I have been chewing over this sentence for weeks now. A sentence I heard at a social gathering, as someone was recounting how a clerk at the local building authority’s office told a Somló property owner “not to worry too much” about deviating from their existing building permit as “no one will enforce any penalties there, no one cares about Somló” .  


Now, when there is a new video, short film or TV programme about us every week, while article after article is published on wine and tourism related forums? When, finally, everyone seems to agree that Somló is a unique and highly valuable wine appellation, comparable only to Tokaj in Hungary and Champagne in Europe? Now that Somló is producing world-class wines, and the region is currently enjoying a new renaissance?? Now that we see Somló winemakers recognising this and standing together, or at least behind each other, at various national and international events and projects, orbi et urbi, displaying a long desired, unified common front, both in terms of quality and acceptance of the common Somló branding targets? Now that we also see there is a handful of determined professionals working with them, (us), who are miraculously devoid of personal interests and resistant to ancient Hungarian naval-gazing and self-destructive tendencies?  Amongst them the very owner of one of the largest local wineries, who is brave enough to share their fame and fortune with “the little guys”? 


Now that thanks to their unity, the enviable pairing of ‘product’ and ‘team’ is actually working on Somló? Now that there are enough good wine(maker)s and enough local (professional) people, who are initiating, financing, organising and keeping enough common projects and events alive together, thus maintaining this welcome new focus on Somló?  Now that as a result, the appellation is currently experiencing the most important international and national breakthrough of its entire existence?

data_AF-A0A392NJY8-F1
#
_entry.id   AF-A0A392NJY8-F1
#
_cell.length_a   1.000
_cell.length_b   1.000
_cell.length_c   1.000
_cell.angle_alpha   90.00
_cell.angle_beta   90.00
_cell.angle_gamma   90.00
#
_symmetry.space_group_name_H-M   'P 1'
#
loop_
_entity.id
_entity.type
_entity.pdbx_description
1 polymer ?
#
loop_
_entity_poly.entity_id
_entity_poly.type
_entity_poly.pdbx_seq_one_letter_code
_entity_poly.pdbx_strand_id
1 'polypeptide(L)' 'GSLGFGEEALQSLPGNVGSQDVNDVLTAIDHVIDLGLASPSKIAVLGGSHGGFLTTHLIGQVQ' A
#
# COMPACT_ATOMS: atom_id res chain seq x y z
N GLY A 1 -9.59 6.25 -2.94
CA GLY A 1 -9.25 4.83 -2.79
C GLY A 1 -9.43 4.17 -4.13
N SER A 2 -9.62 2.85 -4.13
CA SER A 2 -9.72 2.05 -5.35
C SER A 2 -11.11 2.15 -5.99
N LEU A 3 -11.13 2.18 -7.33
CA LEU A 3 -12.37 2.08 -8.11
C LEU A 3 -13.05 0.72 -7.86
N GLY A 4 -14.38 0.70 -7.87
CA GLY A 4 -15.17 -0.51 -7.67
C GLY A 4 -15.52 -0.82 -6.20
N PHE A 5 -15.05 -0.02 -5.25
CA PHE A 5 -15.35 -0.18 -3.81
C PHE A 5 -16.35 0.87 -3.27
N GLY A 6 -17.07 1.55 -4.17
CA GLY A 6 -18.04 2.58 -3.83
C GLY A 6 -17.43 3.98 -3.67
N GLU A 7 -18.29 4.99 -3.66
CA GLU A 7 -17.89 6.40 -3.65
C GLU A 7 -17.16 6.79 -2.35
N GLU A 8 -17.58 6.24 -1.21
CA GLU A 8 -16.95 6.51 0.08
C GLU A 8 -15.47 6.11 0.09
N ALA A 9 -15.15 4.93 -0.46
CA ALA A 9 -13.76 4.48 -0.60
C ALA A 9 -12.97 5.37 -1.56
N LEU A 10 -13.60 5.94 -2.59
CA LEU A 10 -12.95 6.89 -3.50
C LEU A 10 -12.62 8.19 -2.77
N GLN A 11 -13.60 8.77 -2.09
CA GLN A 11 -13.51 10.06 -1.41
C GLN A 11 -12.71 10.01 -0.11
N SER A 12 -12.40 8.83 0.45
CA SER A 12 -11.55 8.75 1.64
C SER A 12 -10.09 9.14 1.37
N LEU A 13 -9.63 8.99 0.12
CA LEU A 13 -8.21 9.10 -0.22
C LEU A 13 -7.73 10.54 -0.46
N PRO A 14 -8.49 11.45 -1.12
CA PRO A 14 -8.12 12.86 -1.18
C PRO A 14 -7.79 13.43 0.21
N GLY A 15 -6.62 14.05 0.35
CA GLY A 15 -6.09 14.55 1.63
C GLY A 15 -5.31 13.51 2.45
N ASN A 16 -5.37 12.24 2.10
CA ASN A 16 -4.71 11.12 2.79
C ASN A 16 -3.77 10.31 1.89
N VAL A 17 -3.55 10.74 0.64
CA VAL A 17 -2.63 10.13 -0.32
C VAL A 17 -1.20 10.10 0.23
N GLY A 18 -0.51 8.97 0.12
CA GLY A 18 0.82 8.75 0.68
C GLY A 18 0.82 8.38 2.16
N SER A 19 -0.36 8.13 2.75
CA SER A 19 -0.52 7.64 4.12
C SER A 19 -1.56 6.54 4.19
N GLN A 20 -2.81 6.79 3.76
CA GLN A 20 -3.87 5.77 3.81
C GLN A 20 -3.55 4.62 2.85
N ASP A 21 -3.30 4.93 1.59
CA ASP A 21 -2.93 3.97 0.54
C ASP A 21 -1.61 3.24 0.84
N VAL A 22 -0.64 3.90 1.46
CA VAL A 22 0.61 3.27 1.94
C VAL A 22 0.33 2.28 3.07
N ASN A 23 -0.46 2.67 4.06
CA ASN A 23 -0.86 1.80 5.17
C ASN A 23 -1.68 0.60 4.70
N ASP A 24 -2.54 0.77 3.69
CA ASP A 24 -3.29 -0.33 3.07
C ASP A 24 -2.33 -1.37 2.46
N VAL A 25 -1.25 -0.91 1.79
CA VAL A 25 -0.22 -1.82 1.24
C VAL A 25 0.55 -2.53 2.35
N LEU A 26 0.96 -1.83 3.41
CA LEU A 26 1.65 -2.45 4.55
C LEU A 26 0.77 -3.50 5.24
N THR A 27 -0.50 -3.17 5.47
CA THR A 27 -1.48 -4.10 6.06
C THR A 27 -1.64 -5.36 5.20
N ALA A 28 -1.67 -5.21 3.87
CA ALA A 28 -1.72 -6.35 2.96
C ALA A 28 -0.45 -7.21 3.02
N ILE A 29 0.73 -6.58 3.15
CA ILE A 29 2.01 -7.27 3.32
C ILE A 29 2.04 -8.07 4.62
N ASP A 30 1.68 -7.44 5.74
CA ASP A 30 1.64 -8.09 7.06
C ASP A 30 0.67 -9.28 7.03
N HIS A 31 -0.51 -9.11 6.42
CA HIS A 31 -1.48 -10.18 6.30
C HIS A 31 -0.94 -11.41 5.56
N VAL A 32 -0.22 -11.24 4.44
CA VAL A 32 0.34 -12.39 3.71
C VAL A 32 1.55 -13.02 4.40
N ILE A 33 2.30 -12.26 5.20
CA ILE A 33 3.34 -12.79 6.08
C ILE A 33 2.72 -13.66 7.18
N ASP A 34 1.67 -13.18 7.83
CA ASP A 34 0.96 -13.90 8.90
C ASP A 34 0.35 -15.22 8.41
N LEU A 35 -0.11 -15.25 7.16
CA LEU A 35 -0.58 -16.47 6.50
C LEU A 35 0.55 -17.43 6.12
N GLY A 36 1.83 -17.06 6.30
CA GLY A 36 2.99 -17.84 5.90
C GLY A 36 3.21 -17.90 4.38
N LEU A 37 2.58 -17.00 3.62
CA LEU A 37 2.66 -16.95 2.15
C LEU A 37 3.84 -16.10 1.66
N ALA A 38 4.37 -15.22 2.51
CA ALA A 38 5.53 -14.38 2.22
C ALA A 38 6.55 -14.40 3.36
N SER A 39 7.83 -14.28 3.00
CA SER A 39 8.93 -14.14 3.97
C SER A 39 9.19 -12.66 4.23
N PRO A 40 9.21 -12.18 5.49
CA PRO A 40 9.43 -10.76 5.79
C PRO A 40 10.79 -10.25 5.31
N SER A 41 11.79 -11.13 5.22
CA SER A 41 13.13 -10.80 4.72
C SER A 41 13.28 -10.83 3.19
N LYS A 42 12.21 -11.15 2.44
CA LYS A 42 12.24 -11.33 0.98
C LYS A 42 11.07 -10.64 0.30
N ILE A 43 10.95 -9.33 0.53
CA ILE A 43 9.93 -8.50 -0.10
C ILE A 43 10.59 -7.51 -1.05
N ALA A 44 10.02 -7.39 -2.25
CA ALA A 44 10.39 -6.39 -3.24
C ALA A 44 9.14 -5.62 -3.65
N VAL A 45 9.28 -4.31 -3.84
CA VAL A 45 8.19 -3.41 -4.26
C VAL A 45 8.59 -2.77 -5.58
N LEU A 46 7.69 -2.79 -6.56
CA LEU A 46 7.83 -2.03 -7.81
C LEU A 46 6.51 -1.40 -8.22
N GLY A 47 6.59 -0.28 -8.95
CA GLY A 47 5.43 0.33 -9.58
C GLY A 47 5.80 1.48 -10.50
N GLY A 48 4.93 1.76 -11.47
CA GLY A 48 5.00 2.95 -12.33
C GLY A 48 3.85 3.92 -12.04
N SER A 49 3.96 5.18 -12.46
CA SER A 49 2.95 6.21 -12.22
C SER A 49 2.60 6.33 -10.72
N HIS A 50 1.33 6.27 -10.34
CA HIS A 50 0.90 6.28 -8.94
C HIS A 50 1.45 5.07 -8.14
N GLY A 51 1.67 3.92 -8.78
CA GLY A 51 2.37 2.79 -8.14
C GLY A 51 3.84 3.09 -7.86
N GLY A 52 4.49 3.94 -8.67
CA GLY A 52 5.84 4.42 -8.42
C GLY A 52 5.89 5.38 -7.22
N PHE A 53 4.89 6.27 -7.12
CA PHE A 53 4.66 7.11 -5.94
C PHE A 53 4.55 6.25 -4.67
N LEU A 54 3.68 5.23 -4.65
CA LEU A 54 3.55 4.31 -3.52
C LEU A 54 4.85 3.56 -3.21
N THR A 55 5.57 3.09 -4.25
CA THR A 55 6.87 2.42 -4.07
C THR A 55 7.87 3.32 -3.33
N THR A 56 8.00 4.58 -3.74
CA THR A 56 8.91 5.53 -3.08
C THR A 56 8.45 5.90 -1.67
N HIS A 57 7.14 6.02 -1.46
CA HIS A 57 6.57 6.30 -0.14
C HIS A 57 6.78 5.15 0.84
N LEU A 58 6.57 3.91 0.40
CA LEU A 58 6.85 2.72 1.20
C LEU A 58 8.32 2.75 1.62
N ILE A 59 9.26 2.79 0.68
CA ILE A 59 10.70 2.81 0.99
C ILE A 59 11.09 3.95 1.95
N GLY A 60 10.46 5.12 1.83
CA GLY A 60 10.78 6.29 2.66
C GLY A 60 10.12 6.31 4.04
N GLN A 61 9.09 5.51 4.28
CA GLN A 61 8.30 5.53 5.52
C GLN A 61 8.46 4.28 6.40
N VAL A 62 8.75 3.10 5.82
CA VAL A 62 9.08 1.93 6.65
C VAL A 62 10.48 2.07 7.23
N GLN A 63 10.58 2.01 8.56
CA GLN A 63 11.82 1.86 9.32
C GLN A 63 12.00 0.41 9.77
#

Never before has this appellation received so many gold medals and so much approval and attention from around the globe. Juhfark – besides Furmint – is becoming the most sought-after and acclaimed Hungarian indigenous grape variety as we speak, and Somlo’s old-new products like traditional method sparkling wines and pálinka are also beating world records. 

So, what exactly is the problem? What is this “no one cares” comment about? 

It reflects the apparent lack of harmonisation between the local winemakers’ efforts and the infrastructural development of the hill itself. It also highlights an even more serious problem: the current development trends counteract and, in some cases, even nullify the results of the (finally united) winemakers, as they are totally random and lack any kind of professional or unified oversight.